It Comes at Night

Review by Elena Lazic @elazic

Directed by

Trey Edward Shults


Carmen Ejogo Joel Edgerton Kelvin Harrison Jr


A genuinely terrifying trailer, with striking visuals and a promising cast.


Scared, then anxious and confused as to why this is not completely working.

In Retrospect.

Rather disappointing in the end, but Shults delivers a few memorable scares.

This coldly affecting contagion horror excels in generating a sense of acute dread, but falls short on the story front.

The most striking aspect of It Comes at Night, director Trey Edward Shults’ second feature, is how it seeks to avoid generic convention and cliché. While retaining the narrative skeleton of a traditional contagion horror with a whiff of the survivalist thriller, the film departs from its generic roots by keeping the nature of the illness, its means of infection and its origin unknown to the viewer. Although they live in a secluded house in the middle of a forest, the characters definitely know more than we do – in a departure from broad horror convention, it is with our ignorance the film toys with, not the characters’.

The film opens with Paul (Joel Edgerton), the austere patriarch of the family, executing a man covered with pustules before setting fire to the body. The contaminated person, we discover, was the father to his wife Sarah (Carmen Ejogo) and grandfather to his son Travis (Kelvin Harrison Jr), a tall and skinny boy in his teens. This blunt, horrific opening immediately inspires dread, hinting at the horrible things these characters must have witnessed in order to be able to kill a loved relative with such ease.

The sequence is purposefully alienating. Thrown into this unknown situation, the violence is stunning. This level of dread becomes a constant throughout a film which boasts with a supremely unsettling visual style, all oppressive tracking shots and oddly still camera pans. The clinical, cold look at a homely rural environment gives the strong impression that, contrary to appearances, no one here is safe.

Making the familiar seem unfamiliar already hints at the idea that, although no one inside the house is ill, something there is already broken. Constantly scared and always aware of the proximity of death, the residents have lost all sense of familiarity with their surroundings and the people around them. Worst off is Travis, who is barely aware of what is going on, escaping into dreams at night and more concerned about his dog than he is about his own safety. He is the main character, and it is undeniably his fear and confusion that the audience experiences throughout the film.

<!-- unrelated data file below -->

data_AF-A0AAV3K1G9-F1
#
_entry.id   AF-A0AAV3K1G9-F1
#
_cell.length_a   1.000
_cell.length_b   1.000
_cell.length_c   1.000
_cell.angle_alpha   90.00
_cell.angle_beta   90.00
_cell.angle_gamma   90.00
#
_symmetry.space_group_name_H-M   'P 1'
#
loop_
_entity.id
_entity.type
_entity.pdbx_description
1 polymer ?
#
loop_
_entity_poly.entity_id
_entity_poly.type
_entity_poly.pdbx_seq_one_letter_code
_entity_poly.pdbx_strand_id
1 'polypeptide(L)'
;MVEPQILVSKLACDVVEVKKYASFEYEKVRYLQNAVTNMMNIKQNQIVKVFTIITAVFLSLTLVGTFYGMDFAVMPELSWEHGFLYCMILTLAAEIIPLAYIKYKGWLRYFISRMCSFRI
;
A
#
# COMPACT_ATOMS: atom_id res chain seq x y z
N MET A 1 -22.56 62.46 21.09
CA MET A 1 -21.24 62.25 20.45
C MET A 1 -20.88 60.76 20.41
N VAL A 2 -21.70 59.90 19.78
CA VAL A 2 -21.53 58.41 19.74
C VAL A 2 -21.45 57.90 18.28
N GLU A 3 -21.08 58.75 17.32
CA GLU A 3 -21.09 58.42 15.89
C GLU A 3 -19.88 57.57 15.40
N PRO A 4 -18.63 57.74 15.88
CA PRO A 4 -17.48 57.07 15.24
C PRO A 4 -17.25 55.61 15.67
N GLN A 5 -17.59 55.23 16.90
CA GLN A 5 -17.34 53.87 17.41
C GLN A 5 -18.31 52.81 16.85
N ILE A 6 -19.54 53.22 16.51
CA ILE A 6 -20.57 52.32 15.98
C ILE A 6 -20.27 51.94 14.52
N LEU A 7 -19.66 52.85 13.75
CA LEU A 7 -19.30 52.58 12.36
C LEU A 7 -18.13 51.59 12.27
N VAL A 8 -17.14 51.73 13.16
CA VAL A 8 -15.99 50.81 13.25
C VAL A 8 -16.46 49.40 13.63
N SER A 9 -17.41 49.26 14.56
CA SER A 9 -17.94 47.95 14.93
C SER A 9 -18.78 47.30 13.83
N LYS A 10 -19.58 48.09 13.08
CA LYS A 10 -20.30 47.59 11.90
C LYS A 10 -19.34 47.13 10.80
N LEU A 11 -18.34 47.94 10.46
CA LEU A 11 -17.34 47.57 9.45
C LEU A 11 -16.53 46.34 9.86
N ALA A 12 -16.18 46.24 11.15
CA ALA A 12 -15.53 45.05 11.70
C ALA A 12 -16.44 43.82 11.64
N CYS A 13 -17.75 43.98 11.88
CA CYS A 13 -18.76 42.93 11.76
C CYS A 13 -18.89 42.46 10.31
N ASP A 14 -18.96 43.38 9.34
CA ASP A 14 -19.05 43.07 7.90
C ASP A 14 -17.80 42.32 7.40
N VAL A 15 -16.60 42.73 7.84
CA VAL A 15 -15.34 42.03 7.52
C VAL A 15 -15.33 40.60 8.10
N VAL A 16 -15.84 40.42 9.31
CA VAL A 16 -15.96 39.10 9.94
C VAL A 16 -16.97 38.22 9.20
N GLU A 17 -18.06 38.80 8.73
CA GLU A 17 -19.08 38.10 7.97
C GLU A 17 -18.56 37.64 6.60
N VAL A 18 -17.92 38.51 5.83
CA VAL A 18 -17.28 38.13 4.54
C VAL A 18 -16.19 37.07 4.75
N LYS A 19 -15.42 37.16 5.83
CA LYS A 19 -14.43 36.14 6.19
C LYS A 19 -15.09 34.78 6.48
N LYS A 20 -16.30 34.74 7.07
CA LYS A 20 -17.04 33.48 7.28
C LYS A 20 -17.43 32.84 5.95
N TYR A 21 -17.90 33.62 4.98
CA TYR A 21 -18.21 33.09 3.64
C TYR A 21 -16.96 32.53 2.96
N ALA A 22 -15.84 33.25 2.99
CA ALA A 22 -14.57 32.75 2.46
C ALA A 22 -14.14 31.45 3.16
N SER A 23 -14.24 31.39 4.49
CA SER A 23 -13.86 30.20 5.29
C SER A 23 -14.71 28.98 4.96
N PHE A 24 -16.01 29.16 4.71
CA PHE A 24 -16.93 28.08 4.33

Yet what drives the story forward is Paul, who fights this apathy by holding on to the notion of family. His obsession becomes a central theme of the film after the family meets Will (Christopher Abbott), a man who breaks into their house looking for food for his wife (Riley Keough) and young son. The two families move in together, sharing supplies and company, but the alliance proves fragile as Paul’s paranoia and concern with keeping his own loved ones safe threaten to descend into violence at any moment.

This is all terribly sad, even more so considering Travis is only collateral damage, embarked into this rivalry against his will. But something is off. The sadness and terror that the film wants us to feel simply aren’t there. We can only watch and admire the ideas and visual invention on display, sympathising with the characters without ever truly feeling their pain.

It would be easy to say that this impossibility to relate is intentional, since we are meant to identify with the alienated Travis. But the film would probably not devote this much screen time to close ups on facial expressions if it did not want us to empathise with the characters to some degree. Unfortunately this observational, ‘realistic’ visual style is not a shortcut to character building.

On the contrary – having characters’ interiority shown at a surface level, through close-ups but also via abrupt, rather unnatural and jarring speechifying from the characters themselves, makes them appear unrealistically one-sided and overdetermined. These characters are completely limited to what we see and what they say. As in soap operas, we can sympathise with their emotions and troubles, but their overtness makes it hard to buy them as real people.

This demonstrative style is all the more confusing for the way it contrasts with the unexplained dread that the film goes to great lengths to create. All throughout the story, this gripping fear within every single image carries the promise that something horrible – something more – is lurking around every corner and will perhaps come out at the end in a big reveal. But it never does, and the film falls short.

Because the expertly crafted atmosphere is not backed up by story or narrative development, the film ultimately feels more like an exercise in (very good) style than a fully realised film. Laudable story and themes are enunciated as marks of intent, rather than truly felt and explored. As such, watching It Comes at Night often feels less like experiencing a film than it does observing a director construct one.

Published 5 Jul 2017

Tags: Carmen Ejogo Joel Edgerton Kelvin Harrison Jr Riley Keough Trey Edward Shults


A genuinely terrifying trailer, with striking visuals and a promising cast.


Scared, then anxious and confused as to why this is not completely working.

In Retrospect.

Rather disappointing in the end, but Shults delivers a few memorable scares.

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